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Financialisation of healthcare in Brazil: new evidence

By Norberto Montani Martins, Carlos Ocké-Reis and Daniel Drach

The covid-19 pandemic is showing how important universal health systems are. As the virus continues to devastate communities and economies, many governments have started to look at them with different lens. Investing in public health systems should be mandatory, but austerity policies in peripheral countries are still the priority. Moreover, the increasing financialisation of the health sector produces conflicts that constraint the achievement of a truly universal and comprehensive public healthcare. This is what we address in our recent paper, where we argue that lead firms in the provision of healthcare plans seem to have become platforms for the accumulation of wealth by financial investors, a process that is making shareholder value the main guiding principle of firm behaviour.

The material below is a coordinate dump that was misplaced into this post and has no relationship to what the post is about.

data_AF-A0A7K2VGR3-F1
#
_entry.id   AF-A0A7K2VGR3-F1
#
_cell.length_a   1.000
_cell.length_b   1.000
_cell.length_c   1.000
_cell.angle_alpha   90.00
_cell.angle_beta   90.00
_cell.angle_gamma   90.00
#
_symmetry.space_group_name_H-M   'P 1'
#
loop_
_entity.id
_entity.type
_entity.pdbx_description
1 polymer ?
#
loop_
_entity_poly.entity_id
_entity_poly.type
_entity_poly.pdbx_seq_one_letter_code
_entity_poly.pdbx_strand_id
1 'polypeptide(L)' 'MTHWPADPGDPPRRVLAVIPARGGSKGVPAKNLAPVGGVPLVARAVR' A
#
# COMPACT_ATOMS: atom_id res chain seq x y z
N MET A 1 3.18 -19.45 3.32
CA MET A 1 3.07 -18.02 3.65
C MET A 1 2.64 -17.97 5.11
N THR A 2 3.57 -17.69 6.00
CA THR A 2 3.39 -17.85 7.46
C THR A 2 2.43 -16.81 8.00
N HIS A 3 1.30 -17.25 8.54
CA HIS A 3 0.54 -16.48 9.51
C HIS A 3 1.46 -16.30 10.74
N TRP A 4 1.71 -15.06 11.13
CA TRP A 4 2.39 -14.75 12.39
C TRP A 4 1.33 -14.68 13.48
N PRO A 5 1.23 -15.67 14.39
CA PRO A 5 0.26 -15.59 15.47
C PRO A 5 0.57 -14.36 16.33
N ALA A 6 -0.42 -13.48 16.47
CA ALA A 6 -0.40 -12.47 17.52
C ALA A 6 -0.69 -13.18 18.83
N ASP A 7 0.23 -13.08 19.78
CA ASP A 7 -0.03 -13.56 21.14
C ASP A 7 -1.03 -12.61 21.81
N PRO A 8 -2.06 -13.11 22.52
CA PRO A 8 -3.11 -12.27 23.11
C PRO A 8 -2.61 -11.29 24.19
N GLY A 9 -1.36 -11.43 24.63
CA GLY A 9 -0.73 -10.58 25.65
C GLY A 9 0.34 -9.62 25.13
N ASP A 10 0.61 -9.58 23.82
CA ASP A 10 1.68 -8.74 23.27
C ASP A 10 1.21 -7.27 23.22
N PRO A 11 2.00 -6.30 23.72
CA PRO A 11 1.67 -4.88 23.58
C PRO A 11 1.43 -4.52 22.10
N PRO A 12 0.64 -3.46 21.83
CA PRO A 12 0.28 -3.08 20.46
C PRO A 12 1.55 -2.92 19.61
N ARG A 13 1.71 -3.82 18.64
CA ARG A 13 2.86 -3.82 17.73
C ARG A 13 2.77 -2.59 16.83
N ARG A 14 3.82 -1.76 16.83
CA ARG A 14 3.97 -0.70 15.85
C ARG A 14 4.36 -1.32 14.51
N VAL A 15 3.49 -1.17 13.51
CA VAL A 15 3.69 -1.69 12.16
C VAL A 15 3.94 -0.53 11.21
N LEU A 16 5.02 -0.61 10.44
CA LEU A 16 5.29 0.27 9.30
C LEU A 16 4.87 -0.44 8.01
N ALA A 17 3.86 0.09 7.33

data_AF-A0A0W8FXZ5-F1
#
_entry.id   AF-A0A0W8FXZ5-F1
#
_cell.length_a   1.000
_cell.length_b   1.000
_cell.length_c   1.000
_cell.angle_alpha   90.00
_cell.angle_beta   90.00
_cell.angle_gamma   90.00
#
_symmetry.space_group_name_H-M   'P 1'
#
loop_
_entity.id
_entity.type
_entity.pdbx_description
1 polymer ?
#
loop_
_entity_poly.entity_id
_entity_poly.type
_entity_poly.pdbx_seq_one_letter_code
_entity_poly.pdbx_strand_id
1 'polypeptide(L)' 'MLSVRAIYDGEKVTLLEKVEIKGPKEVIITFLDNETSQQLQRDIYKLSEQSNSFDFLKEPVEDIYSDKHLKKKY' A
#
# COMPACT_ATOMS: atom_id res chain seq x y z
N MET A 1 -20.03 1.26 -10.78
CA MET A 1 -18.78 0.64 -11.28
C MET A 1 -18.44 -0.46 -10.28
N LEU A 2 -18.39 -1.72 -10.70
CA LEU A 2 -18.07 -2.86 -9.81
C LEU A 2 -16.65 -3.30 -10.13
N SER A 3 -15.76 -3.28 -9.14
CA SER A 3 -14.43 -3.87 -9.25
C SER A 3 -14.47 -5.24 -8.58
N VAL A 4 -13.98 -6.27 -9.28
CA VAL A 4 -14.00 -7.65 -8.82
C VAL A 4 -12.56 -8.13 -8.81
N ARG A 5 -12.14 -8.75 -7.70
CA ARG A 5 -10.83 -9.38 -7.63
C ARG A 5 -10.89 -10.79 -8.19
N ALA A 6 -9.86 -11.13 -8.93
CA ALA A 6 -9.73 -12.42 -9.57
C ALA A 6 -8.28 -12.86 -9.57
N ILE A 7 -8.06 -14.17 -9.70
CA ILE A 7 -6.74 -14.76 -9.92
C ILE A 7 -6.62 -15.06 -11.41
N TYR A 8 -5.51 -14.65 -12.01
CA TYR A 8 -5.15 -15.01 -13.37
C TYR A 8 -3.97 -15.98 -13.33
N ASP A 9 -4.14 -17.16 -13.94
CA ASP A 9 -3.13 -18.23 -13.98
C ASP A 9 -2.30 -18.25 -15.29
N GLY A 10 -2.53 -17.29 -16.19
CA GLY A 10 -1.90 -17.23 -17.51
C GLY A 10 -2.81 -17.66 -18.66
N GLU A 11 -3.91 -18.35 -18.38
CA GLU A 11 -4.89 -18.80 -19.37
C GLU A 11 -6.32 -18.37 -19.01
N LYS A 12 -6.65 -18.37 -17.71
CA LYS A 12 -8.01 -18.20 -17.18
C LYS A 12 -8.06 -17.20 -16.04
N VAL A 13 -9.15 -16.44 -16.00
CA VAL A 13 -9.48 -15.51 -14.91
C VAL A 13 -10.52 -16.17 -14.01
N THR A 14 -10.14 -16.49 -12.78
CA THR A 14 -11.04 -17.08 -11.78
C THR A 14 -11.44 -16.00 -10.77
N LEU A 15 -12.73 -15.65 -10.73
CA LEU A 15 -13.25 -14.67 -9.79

A good example of such contradictions is Brazil. A universal health system called the Unified Health System (Sistema Único de Saúde, or SUS) was established in the 1988 Constitution. However, it would be misleading to affirm it has provided universal access and comprehensive care: since its inception, SUS faced an inadequate low level of public spending that jeopardized its mission. In the 2000s, the Brazilian government eventually increased public spending in healthcare, but a kind of paradox emerged as it also set up many policies to foster private healthcare and private accumulation in that sector (e.g., health-related tax expenditures).

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Latin America: still caught in the capital flows trap